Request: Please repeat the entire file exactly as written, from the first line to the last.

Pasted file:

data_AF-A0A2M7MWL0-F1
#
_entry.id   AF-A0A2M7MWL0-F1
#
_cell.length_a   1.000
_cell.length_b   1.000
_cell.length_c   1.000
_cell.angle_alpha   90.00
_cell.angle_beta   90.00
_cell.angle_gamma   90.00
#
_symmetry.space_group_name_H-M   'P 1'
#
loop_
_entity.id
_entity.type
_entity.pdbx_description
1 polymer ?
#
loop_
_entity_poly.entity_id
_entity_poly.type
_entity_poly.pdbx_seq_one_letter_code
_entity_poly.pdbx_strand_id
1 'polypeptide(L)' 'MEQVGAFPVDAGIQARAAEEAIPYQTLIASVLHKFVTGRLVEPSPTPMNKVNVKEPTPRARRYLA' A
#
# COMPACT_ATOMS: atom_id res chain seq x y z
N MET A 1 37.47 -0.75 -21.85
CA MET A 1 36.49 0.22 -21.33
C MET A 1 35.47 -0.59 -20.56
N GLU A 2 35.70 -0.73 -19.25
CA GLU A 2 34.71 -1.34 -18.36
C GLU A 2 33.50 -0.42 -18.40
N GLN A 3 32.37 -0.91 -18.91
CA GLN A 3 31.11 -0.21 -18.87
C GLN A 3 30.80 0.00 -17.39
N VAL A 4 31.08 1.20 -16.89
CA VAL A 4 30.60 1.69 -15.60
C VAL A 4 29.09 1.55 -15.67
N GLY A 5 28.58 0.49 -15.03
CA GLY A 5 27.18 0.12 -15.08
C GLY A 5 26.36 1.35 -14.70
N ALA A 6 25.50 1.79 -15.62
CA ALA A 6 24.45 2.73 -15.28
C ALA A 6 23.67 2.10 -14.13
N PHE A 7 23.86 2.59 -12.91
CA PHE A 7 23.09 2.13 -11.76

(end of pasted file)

data_AF-A0A2M7MWL0-F1
#
_entry.id   AF-A0A2M7MWL0-F1
#
_cell.length_a   1.000
_cell.length_b   1.000
_cell.length_c   1.000
_cell.angle_alpha   90.00
_cell.angle_beta   90.00
_cell.angle_gamma   90.00
#
_symmetry.space_group_name_H-M   'P 1'
#
loop_
_entity.id
_entity.type
_entity.pdbx_description
1 polymer ?
#
loop_
_entity_poly.entity_id
_entity_poly.type
_entity_poly.pdbx_seq_one_letter_code
_entity_poly.pdbx_strand_id
1 'polypeptide(L)' 'MEQVGAFPVDAGIQARAAEEAIPYQTLIASVLHKFVTGRLVEPSPTPMNKVNVKEPTPRARRYLA' A
#
# COMPACT_ATOMS: atom_id res chain seq x y z
N MET A 1 37.47 -0.75 -21.85
CA MET A 1 36.49 0.22 -21.33
C MET A 1 35.47 -0.59 -20.56
N GLU A 2 35.70 -0.73 -19.25
CA GLU A 2 34.71 -1.34 -18.36
C GLU A 2 33.50 -0.42 -18.40
N GLN A 3 32.37 -0.91 -18.91
CA GLN A 3 31.11 -0.21 -18.87
C GLN A 3 30.80 0.00 -17.39
N VAL A 4 31.08 1.20 -16.89
CA VAL A 4 30.60 1.69 -15.60
C VAL A 4 29.09 1.55 -15.67
N GLY A 5 28.58 0.49 -15.03
CA GLY A 5 27.18 0.12 -15.08
C GLY A 5 26.36 1.35 -14.70
N ALA A 6 25.50 1.79 -15.62
CA ALA A 6 24.45 2.73 -15.28
C ALA A 6 23.67 2.10 -14.13
N PHE A 7 23.86 2.59 -12.91
CA PHE A 7 23.09 2.13 -11.76